The saddest, and I’d argue most misunderstood part, is that older Jonas is the one who trashes her for this as well. Assuming, like everyone else, that it was due to pettiness, vindictiveness, and selfishness. What I don’t see observed by some commentators is that this was what hurt Hannah the most out of everything else. No one else’s opinion really mattered here, except Jonas’s. Jonas had shared the truth, revealed that he was alive, and had been so happy to see her after so long and yet, he didn’t realize just how much his frank and thoughtless words ripped right through his mother’s heart. It is understandable for us to observe children internalizing and imitating the lessons that parents gave them; but an interesting trait that is depicted in this show, that I don’t see observed as much, is that parents can learn from and internalize the judgments that their own children impose upon them. The children are the ones who know them better than they know themselves in many ways, even if the parents hide things from them. Older Jonas was the only bright hope of Hannah’s life at that point and she probably assumed that time-displacement would prevent the Jonas of her time to come back since she only observed an adult Jonas coming back and the adult Jonas’s shared understanding with her is that causality cannot be changed, so she cannot go save the younger version of her son based upon the shared knowledge that an older version of him has told her. She no longer can be part of the younger version of her son’s life and the older one judges her as selfish and someone who doesn’t need anyone else.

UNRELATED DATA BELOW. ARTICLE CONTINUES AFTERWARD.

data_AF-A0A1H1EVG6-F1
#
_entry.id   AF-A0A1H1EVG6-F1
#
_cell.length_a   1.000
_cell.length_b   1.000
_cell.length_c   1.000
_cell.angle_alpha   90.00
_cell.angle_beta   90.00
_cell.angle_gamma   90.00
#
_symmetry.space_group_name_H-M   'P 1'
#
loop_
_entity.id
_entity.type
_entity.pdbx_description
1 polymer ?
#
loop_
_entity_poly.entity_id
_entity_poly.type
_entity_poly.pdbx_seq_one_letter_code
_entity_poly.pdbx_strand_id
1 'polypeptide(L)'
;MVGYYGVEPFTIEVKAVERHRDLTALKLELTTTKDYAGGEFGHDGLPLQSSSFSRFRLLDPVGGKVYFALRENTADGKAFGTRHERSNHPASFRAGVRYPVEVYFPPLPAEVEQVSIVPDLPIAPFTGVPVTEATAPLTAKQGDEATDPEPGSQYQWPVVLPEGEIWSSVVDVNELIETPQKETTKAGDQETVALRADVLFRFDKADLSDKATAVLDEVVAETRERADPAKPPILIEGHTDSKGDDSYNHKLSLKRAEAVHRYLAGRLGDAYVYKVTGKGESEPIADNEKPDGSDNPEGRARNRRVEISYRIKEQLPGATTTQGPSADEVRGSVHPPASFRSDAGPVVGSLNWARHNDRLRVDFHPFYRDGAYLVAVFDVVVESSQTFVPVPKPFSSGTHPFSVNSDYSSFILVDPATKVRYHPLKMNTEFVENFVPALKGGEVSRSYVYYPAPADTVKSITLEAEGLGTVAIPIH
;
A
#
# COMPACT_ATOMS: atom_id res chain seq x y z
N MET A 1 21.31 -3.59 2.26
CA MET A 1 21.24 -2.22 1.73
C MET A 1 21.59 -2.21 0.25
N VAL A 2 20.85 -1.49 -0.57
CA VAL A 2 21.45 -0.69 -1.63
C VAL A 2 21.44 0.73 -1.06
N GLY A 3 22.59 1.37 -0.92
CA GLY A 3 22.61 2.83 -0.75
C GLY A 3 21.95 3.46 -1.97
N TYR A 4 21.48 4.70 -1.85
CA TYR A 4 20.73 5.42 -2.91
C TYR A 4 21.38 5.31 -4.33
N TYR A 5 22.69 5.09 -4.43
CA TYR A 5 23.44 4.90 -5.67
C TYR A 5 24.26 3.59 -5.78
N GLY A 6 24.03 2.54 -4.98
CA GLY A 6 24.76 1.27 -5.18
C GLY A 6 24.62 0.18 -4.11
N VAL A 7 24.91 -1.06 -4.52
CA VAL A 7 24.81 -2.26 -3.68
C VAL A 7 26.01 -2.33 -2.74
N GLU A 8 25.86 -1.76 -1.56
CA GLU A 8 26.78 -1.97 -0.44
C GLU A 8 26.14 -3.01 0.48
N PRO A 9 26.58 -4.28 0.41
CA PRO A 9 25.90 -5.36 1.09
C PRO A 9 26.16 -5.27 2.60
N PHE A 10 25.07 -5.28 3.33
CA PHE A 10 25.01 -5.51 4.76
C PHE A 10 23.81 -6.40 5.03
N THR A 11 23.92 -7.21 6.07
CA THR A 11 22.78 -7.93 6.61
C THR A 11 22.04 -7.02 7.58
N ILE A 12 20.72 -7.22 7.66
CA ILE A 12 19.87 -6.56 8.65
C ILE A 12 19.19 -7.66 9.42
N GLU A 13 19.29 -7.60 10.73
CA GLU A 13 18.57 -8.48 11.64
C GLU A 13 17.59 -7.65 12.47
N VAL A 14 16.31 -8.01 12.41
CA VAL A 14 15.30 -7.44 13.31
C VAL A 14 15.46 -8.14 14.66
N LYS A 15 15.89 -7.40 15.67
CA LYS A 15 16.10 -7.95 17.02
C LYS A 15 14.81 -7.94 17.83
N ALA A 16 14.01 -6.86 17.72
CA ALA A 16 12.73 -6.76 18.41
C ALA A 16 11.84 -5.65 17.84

I don’t think many people understand or appreciate the significance of adult Jonas’s words or how they were like a stake that drove right through Hannah’s heart: Her son doesn’t need her, she will never be able to see or meet the younger version of her son as far as she is aware because causality cannot be changed, all she does is hurt others in life, and her own adult son – who grew through a hellish life that she had no control over stopping and who shared so many answers and familial parent / child tenderness as a beacon of hope in a world gone wrong – says that no one needs her. I’d like to point out: every time Hannah does anything selfish or hateful after that point, she repeats adult Jonas’s words like a biblical verse. What this means is: She internalized adult Jonas’s words, because they hurt her that deeply. She has an image of Ulrich and goes to him to finally settle her lingering feelings of love and revenge; her misplaced guilt over Michael and rage at her own stupidity, she carefully controls herself and foists it all on him; blaming him just as Katharina and adult Jonas blamed her. She fucks Egon after repeating the verse that adult Jonas bestowed upon her; observing everyone around her being selfish and out for themselves, because that’s how her grown, adult son views her. She repeats his revealed truth of her “true character” only needing herself through and through on her journey in the past. Since causality cannot be changed, she doesn’t use protection with Egon, and she’s stupefied by the sudden pregnancy; it violates her understanding of causality that she knows is a fact based on what her son told her. She decides that it must mean that she most likely got some form of abortion, because how could there be someone who isn’t in the historical record and doesn’t have any family line as far as she’s aware? Her meeting Katharina’s mother in the past reaffirms her sense of causality and she leaves the cross necklace out of some sense of remorse and compassion for Katharina, perhaps to settle her own guilt and shame over her relationship with Katharina deteriorating due to actions that were well beyond her control. She never learns that this small piece of empathy is what leads Katharina’s mother to kill the adult, time-displaced Katharina in the 1980s. Hannah genuinely thought that she was doing something nice and compassionate, while coming to understand that she’s the “first” Katharina which leaves her with mixed feelings. After that, she tries to do good again by reuniting with her son, hoping to make amends and perhaps explain herself, and live as a peaceful family in the 1920s; only to be brutally suffocated by the one person that she always loved and never consciously betrayed.